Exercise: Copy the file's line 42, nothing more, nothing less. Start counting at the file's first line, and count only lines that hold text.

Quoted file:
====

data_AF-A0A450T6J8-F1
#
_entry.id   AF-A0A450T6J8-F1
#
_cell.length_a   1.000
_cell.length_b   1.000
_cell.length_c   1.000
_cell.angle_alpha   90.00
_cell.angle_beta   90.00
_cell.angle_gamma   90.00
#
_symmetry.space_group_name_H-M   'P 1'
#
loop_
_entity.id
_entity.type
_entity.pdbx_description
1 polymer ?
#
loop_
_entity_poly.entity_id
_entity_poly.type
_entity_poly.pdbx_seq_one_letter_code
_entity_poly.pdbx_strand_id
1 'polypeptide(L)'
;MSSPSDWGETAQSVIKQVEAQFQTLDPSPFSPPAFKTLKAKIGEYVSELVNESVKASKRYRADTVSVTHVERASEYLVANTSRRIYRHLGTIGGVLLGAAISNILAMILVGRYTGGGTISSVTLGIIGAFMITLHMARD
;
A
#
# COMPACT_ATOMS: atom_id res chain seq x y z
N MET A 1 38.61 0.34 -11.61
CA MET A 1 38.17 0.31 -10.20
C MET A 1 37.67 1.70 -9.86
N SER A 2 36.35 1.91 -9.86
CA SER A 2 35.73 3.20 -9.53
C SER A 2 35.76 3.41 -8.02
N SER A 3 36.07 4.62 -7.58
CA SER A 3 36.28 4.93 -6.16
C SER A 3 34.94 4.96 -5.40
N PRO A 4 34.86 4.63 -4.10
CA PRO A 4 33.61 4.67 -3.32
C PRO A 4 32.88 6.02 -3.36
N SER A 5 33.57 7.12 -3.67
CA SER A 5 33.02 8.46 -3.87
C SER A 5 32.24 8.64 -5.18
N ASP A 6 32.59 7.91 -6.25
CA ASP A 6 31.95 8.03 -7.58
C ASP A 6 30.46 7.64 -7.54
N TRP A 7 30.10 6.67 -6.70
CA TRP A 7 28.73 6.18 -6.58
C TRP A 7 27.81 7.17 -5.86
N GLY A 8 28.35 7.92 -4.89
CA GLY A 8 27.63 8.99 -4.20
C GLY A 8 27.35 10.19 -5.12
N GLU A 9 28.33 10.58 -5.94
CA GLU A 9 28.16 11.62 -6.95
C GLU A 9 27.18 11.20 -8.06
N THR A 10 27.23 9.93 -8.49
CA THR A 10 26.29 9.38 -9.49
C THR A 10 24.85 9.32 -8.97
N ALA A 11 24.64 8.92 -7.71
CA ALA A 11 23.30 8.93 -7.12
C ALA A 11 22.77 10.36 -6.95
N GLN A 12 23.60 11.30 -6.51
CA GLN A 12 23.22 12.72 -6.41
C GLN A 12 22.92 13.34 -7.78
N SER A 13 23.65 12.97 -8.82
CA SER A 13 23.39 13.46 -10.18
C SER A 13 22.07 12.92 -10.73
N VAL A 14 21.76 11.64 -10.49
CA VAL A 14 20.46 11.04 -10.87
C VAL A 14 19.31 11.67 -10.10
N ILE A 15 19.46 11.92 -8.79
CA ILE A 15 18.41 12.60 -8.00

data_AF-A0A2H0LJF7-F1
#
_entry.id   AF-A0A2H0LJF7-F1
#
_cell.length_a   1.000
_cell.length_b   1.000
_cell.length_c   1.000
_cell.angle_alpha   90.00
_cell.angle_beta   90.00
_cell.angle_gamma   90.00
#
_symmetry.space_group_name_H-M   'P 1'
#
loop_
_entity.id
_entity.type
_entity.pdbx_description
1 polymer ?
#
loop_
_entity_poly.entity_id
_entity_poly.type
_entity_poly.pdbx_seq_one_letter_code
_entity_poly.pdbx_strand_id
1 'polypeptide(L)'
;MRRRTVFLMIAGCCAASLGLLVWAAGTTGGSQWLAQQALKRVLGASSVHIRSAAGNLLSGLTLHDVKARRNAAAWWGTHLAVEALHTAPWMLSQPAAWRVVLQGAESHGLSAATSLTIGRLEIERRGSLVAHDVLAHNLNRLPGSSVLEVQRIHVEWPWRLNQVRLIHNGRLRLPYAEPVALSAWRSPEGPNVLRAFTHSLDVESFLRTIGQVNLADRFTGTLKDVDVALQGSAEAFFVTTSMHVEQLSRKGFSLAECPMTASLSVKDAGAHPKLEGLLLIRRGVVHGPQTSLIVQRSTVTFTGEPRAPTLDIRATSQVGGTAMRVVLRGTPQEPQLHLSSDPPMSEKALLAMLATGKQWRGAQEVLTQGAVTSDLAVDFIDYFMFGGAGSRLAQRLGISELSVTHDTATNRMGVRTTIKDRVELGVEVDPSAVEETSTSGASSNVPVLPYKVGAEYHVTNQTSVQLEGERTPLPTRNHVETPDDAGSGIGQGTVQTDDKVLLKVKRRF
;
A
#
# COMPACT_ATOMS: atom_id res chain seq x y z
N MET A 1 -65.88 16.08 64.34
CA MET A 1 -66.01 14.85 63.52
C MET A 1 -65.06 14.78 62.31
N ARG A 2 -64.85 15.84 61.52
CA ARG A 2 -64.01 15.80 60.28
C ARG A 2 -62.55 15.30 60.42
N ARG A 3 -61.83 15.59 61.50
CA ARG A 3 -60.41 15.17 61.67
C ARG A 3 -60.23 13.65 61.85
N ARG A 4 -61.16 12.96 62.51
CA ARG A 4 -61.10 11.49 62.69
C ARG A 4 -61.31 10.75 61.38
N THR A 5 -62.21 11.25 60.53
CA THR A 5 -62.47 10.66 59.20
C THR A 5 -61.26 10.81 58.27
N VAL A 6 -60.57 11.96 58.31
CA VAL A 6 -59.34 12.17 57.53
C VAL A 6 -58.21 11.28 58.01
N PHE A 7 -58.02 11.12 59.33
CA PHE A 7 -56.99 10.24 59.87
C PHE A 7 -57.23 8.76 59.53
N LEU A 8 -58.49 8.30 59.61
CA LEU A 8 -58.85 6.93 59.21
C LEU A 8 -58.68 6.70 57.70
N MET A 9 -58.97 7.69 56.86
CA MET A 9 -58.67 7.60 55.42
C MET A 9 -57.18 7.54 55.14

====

C PRO A 4 32.88 6.02 -3.36